Finding refuge: Francis Sengabo

Francis Sengabo

Francis Sengabo came from Rwanda and founded a program to help other refugee families.

This week we're sharing the stories of a handful of refugees who have found new homes in the Capital Region.

For 17 years, Francis Sengabo was a man without a country.

In 1994, Sengabo escaped the genocide in Rwanda and went to a refugee camp in Tanzania. In Rwanda he had worked in planning and administration and later for the Red Cross and the UN High Commission for Refugees. In the camp in Tanzania he worked helping refugees while he waited for the UNHCR to decide where in the world he would go next.

He almost ended up in Australia. Thousands of Capital Region refugee families are better off because he landed, instead, in Albany.

Sengabo is one of the founders of RISSE, Refuge and Immigrant Support Services of Emmaus, where he's now the operations director.

What were you hoping for when you came to Albany?

I came here with nothing except hope. Hoping to be in a country where I could be secured with my family and able to work. Because, you understand that since 1994 up through 2007 I was stateless. And 2012 I became citizen. Seventeen years I was stateless, without legal document from a country.

When I came here to Albany I didn't know anybody, but the United Methodist Church was interested in hosting refugees from Congo. My wife was coming from Congo. We were here for two days and a former pastor came who spoke a little French. She asked what I was doing in my country and in refugee camp. She asked about our needs. I told her I needed to learn English. She said she can help and taught us English through bible.

What surprised you when you first came here?

Many things I was surprised. When we are overseas in our country we hear about democracy and free speech.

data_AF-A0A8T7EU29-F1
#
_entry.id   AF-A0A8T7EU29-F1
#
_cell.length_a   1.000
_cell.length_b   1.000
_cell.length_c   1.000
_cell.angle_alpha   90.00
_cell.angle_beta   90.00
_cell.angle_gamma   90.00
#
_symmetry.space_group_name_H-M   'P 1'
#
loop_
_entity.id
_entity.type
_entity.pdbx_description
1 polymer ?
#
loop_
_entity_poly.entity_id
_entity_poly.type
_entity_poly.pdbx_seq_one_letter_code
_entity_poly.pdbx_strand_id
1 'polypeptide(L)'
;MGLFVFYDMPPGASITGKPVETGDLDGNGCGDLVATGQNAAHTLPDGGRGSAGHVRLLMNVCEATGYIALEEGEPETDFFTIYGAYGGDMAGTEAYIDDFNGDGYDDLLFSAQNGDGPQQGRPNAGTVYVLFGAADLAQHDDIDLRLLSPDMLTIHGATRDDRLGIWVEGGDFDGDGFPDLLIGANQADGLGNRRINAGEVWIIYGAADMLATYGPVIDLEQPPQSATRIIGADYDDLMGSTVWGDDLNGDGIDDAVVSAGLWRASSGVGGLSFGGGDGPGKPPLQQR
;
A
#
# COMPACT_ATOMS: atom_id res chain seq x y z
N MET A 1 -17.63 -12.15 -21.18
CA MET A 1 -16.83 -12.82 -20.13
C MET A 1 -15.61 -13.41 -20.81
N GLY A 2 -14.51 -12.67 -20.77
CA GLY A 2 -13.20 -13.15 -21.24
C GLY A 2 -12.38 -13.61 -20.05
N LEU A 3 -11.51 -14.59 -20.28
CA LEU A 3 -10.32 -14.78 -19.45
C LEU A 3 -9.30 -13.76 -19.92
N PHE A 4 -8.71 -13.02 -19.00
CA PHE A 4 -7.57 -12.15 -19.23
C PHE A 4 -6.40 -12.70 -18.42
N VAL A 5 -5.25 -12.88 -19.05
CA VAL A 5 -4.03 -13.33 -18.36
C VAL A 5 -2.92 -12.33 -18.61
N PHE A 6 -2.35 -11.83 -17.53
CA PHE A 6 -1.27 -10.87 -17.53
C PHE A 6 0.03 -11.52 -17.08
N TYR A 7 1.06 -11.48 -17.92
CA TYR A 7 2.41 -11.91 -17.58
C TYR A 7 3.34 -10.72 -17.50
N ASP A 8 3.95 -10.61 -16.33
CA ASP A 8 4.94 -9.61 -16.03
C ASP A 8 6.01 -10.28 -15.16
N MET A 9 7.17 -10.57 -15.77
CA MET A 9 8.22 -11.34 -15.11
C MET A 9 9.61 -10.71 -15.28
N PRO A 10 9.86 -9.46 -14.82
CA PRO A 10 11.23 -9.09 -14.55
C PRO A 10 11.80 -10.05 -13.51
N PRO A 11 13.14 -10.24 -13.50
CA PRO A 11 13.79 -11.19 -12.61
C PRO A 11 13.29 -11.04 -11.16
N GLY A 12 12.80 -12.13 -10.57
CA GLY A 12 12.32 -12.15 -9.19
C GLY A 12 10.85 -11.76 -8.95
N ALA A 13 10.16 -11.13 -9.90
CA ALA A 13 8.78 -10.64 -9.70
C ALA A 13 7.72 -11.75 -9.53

First of all I was surprised I could not talk to another person in French. Because everyone was speaking English.

Also I was surprised how people work individually. I never talked to my neighbor. In Africa, the whole street, you know each other -- you will sit down and talk. But everybody is at work here and in Africa they many people are idle, they don't have a job.

One day I took the bus, I went to Westgate, and generally in my country when you go to the bus you give the money to the driver -- which I did. It was $10 and the driver was surprised. I did learn that you must have change. He was a nice guy and he said "no, stay."

Everything that is electronic surprised me.

How did you start working with RISSE?

We found our kids were idle while school ended, they don't have anywhere to go. Pastor suggested I write a proposal to the church to help family of refugees and to help kids and that is how this RISSE program started. It started as a project of intervention for low income.

The community is so helpful, especially for this program. By the end of 2014, I believe, the house we are using caught fire. And the community helped and now we are using it. And we welcome for people to give us ideas how we can build up. We welcome volunteers.